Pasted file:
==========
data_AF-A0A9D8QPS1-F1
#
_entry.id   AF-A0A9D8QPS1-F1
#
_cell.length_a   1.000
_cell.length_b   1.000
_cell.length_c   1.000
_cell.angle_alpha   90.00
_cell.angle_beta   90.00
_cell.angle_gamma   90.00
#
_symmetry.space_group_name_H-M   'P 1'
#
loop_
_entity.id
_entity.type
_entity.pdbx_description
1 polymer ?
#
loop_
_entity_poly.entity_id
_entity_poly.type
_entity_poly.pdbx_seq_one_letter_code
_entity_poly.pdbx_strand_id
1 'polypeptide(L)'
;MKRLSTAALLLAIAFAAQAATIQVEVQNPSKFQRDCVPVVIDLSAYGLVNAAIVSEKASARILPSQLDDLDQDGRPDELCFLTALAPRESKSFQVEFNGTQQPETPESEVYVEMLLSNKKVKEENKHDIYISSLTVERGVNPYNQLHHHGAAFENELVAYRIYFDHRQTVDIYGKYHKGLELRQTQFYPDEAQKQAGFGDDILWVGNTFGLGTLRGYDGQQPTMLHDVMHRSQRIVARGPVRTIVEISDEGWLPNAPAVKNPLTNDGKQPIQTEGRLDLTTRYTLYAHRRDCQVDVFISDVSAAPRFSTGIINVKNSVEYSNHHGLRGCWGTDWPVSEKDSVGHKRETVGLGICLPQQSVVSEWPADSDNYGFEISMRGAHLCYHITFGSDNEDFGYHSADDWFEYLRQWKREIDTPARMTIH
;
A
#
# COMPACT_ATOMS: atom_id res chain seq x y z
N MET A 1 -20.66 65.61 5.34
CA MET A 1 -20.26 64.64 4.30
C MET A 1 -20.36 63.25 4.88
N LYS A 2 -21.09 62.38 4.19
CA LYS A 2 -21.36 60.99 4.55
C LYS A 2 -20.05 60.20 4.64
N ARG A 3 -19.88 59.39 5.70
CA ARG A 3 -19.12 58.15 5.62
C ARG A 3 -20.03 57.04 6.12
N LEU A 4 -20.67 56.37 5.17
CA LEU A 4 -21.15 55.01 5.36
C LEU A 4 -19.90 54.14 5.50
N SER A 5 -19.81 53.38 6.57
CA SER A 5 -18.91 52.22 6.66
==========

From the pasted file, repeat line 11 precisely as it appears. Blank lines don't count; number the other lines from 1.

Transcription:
#